According to the initiative, two-neo-Nazis were arrested in connection with that incident. The march then headed for the train station.

Those opposed to the neo-Nazis did their best to blockade them there. Riot police had to push them out of the way using foot patrols, more than 10 police vans, and mounted police officers.

As the crowd of extremists passed by the Janáček Theater, firecrackers and rocks were thrown at them. Police then arrested more of their opponents.

Some counter-protesters sat down on the tram tracks in front of the officers on horseback to stop the march, while others climbed onto the police vans. Three men were arrested on Moravské Square for assaulting police officers.

Finally the ultra-right supporters made it to the train station and dispersed their march. According to the Brno Blocks initiative, then police surrounded those counter-protesting the neo-Nazis near the Hotel Grand.

At around 16:30, after the neo-Nazis ended their event, the police began to release the counter-protesters. "The neo-Nazis' march has ended, dozens of embittered people are now slowly going away. We will continue to follow the situation in the streets. The people surrounded by the police cordons near the Hotel Grand are being gradually released," the Brno Blocks initiative commented at the time.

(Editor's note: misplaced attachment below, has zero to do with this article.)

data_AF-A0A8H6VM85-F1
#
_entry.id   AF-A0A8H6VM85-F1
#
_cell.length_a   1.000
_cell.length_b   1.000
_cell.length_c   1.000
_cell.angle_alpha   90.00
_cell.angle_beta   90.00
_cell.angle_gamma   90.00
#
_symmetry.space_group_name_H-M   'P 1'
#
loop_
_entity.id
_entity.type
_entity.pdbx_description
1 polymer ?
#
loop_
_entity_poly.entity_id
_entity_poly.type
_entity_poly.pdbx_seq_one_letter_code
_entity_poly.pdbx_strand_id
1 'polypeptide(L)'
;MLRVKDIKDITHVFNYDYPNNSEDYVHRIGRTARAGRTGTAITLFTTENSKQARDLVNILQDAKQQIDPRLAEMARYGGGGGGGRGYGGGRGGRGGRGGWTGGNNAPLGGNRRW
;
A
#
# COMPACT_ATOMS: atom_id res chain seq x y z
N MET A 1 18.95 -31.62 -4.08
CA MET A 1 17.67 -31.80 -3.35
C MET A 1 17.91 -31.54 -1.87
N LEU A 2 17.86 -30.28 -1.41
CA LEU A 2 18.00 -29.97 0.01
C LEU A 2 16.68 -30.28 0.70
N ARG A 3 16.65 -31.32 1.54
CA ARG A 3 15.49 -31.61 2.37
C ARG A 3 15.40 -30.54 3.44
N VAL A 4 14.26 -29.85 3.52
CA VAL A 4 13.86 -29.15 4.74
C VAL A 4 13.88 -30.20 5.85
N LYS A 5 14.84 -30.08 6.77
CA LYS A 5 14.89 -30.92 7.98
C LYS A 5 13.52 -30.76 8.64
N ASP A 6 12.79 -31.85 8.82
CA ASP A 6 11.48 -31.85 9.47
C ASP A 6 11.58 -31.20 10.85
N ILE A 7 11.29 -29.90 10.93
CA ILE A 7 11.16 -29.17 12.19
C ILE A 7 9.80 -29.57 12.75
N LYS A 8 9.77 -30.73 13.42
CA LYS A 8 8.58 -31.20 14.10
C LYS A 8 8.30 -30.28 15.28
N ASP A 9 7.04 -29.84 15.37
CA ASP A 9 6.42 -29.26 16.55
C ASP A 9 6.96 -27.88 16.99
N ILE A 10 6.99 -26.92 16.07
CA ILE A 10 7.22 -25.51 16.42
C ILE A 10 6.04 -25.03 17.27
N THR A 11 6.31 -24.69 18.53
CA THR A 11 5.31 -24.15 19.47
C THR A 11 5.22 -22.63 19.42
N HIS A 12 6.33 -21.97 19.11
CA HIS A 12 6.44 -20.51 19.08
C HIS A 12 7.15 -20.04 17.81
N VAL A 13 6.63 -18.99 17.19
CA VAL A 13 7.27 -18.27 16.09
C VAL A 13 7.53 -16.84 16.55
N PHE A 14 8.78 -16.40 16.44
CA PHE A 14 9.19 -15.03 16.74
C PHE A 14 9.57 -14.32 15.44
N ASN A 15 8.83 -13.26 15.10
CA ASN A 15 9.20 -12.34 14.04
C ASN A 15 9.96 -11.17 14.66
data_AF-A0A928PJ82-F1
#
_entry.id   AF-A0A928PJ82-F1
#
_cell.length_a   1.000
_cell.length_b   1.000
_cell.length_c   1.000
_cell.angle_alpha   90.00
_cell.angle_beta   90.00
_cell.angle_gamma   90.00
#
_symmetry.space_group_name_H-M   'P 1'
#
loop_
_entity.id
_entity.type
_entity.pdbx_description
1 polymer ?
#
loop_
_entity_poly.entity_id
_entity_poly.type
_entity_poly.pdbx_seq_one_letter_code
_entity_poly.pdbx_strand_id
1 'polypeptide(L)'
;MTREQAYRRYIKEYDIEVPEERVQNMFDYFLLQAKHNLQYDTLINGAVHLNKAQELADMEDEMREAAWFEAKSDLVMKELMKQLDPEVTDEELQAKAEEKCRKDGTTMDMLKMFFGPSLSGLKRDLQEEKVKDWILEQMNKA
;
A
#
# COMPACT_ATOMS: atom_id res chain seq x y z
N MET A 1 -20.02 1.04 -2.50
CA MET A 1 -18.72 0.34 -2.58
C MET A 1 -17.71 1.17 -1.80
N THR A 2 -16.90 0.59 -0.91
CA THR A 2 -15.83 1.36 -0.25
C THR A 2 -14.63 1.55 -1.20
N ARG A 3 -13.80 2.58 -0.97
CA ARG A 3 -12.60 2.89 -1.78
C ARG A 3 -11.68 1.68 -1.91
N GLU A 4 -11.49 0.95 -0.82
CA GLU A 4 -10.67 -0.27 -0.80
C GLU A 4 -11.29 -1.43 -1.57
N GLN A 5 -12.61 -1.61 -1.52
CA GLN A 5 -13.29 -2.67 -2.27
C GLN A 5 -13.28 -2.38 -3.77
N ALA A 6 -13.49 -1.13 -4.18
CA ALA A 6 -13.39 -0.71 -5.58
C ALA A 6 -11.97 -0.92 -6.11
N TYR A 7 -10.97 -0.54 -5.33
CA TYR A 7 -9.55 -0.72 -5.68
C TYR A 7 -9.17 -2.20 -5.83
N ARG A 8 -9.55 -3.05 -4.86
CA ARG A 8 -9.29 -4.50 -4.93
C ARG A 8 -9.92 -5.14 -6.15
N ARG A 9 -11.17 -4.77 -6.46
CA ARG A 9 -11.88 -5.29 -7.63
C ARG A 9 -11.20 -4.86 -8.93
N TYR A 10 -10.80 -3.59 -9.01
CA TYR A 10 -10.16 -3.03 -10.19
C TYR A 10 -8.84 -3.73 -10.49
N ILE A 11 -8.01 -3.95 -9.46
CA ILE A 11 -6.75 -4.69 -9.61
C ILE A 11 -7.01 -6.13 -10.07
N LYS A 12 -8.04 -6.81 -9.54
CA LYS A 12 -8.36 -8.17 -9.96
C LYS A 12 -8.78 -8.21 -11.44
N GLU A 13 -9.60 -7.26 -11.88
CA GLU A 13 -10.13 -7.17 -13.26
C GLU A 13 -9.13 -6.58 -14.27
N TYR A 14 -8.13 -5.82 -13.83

Petr Štika, secretary of the Brno-střed Municipal Department, told the Czech News Agency that he recorded inappropriate behavior on both sides, but more such behavior by the counter-protesters. The municipality will be assessing all of the recorded incidents to see whether they must further address any of the misdemeanors committed.

Štika said he saw lawbreaking primarily by counter-protesters, who he said did not announce their assemblies, blocked the march, and did their best to use noise to drown out the speeches being made by the conveners of the march. He said the assembly on Freedom Square was a problem because a court verdict forbids noise there.

Members of the neo-Nazi march turned up their own music loudly there, while those blockading them drummed and sang loudly. "I will also be addressing the fact that the convener of the event refused to communicate with me as it was underway. We will assess the entire situation and see how to further address it. We are also waiting for the police reports," he said.

Komárová said police would be taking those arrested into custody to ascertain the facts of what happened in their cases. She added that most cases will probably end up being assessed as misdemeanors.

"We also confiscated injection needles and narcotic psychotropic substances from some people," she concluded. Hedvika Kropáčková, spokesperson for the South Moravian emergency medical services, told the Czech News Agency that one drunken man ended up in the care of first responders after falling into an epileptic seizure during a police intervention and was hospitalized.

ČTK, ryz, translated by Gwendolyn Albert